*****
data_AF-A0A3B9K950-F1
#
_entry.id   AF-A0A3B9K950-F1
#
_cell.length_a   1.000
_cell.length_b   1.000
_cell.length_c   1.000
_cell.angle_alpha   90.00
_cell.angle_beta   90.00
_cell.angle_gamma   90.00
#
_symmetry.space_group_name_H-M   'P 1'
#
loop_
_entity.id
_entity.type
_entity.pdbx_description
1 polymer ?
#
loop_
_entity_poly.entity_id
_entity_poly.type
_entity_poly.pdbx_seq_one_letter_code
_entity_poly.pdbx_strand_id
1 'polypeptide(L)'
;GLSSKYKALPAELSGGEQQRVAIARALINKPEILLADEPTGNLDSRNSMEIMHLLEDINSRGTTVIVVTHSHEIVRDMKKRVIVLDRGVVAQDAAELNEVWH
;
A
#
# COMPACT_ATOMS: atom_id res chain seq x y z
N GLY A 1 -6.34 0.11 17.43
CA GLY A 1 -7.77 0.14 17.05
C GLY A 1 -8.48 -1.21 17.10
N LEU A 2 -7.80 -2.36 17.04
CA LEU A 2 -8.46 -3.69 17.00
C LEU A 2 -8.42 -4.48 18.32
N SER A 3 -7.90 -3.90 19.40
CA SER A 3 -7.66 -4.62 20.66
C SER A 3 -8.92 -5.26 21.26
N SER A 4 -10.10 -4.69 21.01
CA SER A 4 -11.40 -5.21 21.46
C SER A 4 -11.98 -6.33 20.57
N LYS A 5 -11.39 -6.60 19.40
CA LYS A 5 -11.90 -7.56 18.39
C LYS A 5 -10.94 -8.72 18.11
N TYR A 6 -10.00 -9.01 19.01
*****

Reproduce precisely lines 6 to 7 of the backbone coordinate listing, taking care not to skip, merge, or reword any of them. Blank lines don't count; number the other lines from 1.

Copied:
_cell.length_b   1.000
_cell.length_c   1.000